Drywall is found in most homes and commercial buildings. It might not be the sturdiest material, but it’s relatively inexpensive, fireproof, and effective at separating rooms. And while drywall isn’t much to look at on its own, it’s the perfect canvas for painting services to introduce some color and/or texture to an interior.

But what happens if your drywall begins to look different than it once did? Perhaps your paint job is fading, or maybe you’ve changed the room’s lighting. However, drywall discoloration might point to deeper problems that warrant a fast response. In some cases, drywall repair or replacement might be necessary. Let’s dive into three factors that can lead to discolored drywall.

Moisture Is Often the Root Cause

Water might be necessary for life, but it can devastate many features in your home or business, including your drywall. Without proper piping, insulation, and ventilation in place, moisture from outside can quickly gain entry and deteriorate your walls, floors, and ceilings from the inside out. 

As you probably know from experience, water darkens the appearance of things (think about how your clothes look when taking them out of the washer vs. how they look when dried). An isolated splash of water will only temporarily darken a portion of your drywall. However, prolonged exposure to moisture can more severely alter the appearance of your walls. Additionally, mold and mildew thrive in damp environments and can form on a water-damaged wall. If your drywall has patches of gray, black, brown, and/or green, you might have a mold problem.

Beyond coloration concerns, enough moisture build-up can warp your drywall to the point of fracturing it and threatening your property’s structural integrity. Therefore, it’s imperative to address any leaks as quickly as possible before repairing your drywall and hiring interior painting services.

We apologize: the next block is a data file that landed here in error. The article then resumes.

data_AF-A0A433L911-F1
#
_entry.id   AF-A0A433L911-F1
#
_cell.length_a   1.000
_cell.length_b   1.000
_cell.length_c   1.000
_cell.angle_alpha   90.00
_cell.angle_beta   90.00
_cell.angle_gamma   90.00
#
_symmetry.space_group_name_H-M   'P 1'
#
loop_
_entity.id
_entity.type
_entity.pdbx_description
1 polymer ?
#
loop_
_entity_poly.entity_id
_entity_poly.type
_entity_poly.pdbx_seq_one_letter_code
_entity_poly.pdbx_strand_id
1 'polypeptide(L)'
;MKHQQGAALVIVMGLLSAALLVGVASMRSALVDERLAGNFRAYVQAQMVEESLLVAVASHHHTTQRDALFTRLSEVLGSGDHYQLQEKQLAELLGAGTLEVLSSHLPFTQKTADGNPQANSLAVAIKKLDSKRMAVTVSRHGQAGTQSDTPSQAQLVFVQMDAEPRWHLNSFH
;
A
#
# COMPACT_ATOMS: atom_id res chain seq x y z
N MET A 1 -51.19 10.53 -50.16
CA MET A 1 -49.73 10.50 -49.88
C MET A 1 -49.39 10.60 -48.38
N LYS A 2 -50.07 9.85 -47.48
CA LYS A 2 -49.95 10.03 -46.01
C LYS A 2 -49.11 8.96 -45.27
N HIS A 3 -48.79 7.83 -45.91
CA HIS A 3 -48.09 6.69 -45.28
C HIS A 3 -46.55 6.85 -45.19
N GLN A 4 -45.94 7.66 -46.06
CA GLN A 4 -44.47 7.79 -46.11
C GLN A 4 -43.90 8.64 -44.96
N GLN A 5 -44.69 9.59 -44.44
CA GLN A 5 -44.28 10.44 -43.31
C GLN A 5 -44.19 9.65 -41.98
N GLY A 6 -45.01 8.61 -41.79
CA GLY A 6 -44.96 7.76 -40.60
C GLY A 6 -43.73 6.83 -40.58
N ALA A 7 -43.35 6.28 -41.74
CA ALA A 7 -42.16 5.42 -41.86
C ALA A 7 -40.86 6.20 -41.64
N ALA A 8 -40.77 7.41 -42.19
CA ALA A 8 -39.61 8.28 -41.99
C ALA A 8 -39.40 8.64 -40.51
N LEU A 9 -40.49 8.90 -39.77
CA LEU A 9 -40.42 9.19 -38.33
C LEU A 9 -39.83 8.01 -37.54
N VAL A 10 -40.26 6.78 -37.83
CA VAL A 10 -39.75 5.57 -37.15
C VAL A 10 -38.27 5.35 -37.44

Dirt, Dust, and Other Particles

While water and subsequent mold can alter your walls’ coloration on their own, dry particles can do the job, too. In fact, if your home or business has a problem keeping moisture out, dust, dirt, bacteria, and other unwanted actors can more easily accumulate and cling to your walls and other surfaces. Damp objects attract dry particles, after all, as you might know from cleaning up crumbs with a wet cloth. 

As more of these particles stick to your drywall, you may start to notice that some areas boast a different hue than others. Cleaning your walls regularly can help mitigate this form of discoloration.

Air Temperature Plays a Part, Too

As it turns out, your efforts to control the internal temperature of your space can also contribute to drywall discoloration. Fluctuations in temperature move air around (think about the wind that results from the movement of cold and warm fronts but on a much smaller scale). As the air travels, it takes particles like the ones mentioned above with it. Temperature differences throughout your property, then, can result in instances of drywall discoloration.

Combining These Forces

Ultimately, it’s the combination of these three above forces (moisture, particles, and temperature/airflow) that lead to discolored drywall and other surfaces inside your building. Changes in temperature cause dirt and dust to circulate and eventually stick to the dampest areas. The accumulation of these particles, along with damage from the water itself, can gradually change the appearance of your drywall.

What to Do If Your Drywall Is Discolored

If your drywall shows signs of discoloration, your response should be informed by the root cause of the problem. So, it’s important to have someone professionally inspect the drywall and deliver a proper diagnosis. If moisture buildup is the problem, you may need to invest in repairs and maintenance such as fixing pipes, installing new insulation, or cleaning your vents, etc. Without fixing the real issue, you’re bound to experience further discoloration, even if you hire commercial or home painters to cover it up in the meantime. 

In some cases, some deep cleaning and home painting might be all that’s required to undo drywall discoloration and start fresh. Whatever the case, though, when it comes to evaluating, repairing, and painting your drywall, work with a company that can handle every part of the process and deliver the best results.

At All American Painting Plus, painting only scratches the surface of our expertise. To learn more about us and everything we do for our clients in Northern Virginia, give us a call at (703) 620-5563!